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Masculinity in Conflict – 2014 Edition

Masculinity is characterized in many ways, and in a country with 92 million Americans no longer in the labor force, we here at Human Services Consulting and Training (HSCT), wonder what the impact of that could be on both men and women.

Work gives life meaning.  It doesn’t matter whether you are the Christian and Jewish God of the Old Testament, the scholar consumed with the workers and the bourgeoisie or the creator of a political party dedicated to the death of people, work gives meaning.
Here in this space, we have blogged previously about the issues that men face and the very public methods that they sometimes use to resolve them. Violence is never an answer to a conflict, but unfortunately, it seems as though violent response by men to any and all perceived slight, has been codified in our culture, from video games to the movies.
We believe that each person is responsible for their own level of self-awareness and is accountable for their own actions, and that men are particularly held to a higher standard.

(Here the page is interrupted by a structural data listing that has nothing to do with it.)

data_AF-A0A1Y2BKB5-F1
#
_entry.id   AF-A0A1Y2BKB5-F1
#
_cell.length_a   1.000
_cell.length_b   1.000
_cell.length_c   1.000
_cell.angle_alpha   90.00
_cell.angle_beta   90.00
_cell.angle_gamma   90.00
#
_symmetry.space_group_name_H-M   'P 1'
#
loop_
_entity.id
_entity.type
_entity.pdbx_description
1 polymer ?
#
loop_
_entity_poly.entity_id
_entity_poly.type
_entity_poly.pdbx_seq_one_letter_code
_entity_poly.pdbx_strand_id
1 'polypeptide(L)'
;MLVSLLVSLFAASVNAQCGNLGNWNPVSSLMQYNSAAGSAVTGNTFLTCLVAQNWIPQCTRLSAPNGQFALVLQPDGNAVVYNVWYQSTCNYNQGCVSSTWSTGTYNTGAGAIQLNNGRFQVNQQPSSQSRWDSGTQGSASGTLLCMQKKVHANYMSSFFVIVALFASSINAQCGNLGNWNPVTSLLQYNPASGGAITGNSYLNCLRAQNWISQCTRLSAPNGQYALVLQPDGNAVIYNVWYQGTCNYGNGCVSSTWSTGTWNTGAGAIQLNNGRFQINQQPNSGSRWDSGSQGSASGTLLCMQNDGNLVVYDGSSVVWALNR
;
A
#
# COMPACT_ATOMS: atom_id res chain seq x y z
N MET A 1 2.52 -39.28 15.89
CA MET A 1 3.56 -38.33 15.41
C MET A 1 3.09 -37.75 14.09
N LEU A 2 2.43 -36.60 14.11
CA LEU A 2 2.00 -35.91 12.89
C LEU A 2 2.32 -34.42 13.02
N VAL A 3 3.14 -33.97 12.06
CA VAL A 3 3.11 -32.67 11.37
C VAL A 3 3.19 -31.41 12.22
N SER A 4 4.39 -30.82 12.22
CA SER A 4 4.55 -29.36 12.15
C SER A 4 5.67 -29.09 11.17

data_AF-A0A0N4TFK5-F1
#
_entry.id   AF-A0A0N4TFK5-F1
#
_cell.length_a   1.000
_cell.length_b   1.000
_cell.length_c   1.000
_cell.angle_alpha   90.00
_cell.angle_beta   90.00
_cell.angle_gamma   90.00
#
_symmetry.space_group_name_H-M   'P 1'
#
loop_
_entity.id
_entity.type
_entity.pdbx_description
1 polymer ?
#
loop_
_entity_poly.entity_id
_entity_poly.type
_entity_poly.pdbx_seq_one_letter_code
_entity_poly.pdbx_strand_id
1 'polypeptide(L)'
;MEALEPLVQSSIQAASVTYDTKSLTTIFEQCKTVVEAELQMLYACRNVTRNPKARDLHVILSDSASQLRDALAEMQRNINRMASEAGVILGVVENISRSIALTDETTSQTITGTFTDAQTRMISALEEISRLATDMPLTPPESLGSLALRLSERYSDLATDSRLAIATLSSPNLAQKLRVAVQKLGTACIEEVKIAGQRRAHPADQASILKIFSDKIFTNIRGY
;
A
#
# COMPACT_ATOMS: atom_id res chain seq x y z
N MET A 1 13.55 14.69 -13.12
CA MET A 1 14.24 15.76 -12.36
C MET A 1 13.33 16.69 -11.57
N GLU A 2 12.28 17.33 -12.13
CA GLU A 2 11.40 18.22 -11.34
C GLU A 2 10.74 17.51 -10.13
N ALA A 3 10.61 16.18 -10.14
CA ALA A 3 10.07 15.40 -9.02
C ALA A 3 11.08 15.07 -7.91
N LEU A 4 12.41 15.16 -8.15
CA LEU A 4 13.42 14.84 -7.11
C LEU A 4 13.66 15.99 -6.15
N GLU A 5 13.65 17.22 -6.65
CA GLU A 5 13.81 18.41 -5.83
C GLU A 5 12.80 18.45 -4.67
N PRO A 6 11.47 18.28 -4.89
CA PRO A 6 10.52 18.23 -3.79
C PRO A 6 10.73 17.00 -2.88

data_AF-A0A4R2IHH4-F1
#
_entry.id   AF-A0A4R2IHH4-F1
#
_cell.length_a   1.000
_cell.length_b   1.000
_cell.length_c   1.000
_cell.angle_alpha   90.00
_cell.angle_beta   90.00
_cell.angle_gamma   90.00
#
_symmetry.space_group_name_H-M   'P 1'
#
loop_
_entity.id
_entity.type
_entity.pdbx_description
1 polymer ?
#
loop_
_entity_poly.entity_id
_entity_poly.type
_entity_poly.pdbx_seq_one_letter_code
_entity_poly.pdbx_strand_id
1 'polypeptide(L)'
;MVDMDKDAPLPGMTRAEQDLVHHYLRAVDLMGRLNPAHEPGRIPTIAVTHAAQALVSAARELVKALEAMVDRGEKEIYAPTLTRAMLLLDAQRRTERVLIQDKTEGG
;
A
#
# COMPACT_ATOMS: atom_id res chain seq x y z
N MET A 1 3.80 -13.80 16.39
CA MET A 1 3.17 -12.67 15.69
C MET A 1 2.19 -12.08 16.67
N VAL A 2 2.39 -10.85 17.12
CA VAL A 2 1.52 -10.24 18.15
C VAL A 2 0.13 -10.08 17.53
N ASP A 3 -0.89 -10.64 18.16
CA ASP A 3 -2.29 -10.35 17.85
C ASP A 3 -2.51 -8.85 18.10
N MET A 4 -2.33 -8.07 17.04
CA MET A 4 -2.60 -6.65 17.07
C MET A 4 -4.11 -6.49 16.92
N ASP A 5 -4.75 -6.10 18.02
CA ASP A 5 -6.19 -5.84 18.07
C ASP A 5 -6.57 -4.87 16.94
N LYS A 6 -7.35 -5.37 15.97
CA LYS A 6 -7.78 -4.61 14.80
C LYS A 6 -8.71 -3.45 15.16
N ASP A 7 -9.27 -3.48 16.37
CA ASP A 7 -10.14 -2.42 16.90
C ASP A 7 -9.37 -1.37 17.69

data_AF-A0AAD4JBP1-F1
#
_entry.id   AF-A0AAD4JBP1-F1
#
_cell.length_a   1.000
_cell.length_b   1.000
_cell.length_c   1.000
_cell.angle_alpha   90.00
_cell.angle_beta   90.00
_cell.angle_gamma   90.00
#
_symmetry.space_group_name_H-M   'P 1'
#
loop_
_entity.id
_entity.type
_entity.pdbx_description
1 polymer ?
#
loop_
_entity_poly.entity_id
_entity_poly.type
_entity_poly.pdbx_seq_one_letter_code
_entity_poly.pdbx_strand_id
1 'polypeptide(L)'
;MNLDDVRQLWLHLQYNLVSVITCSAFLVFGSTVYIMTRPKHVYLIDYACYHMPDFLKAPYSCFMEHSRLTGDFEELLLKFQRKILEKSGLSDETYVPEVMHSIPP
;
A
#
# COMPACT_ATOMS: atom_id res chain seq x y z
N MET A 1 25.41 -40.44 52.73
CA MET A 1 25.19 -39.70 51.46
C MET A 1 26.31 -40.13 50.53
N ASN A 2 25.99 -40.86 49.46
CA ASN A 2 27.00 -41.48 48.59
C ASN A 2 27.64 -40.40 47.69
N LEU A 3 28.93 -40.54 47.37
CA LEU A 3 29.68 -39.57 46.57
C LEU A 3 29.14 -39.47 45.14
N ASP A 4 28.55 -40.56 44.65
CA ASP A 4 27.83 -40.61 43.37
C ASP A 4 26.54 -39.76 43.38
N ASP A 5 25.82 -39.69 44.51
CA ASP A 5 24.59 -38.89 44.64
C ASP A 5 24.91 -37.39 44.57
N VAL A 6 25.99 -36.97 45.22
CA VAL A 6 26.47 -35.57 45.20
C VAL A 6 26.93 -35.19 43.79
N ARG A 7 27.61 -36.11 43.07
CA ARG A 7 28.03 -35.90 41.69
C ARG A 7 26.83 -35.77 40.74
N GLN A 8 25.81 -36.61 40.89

This is an “old school” philosophy that may reverberate with some readers as being misogynistic or narrow, but when men cease committing the majority of violent crimes and the majority of violent wars, then we’ll take a step back.
But, what does this have to do with work?
But, what if there is no work?
Then masculinity (and by extension, femininity) must be redefined.
We here at HSCT would rather see that happen through the efforts of men who are committed to doing the hard work of work with other men, than through a wandering George Zimmerman or a gun-wielding, angry 14 year old.
-Peace Be With You All-
Jesan Sorrells, MA
Principal Conflict Engagement Consultant
Human Services Consulting and Training (HSCT)
Email HSCT: hsconsultingandtraining@gmail.com
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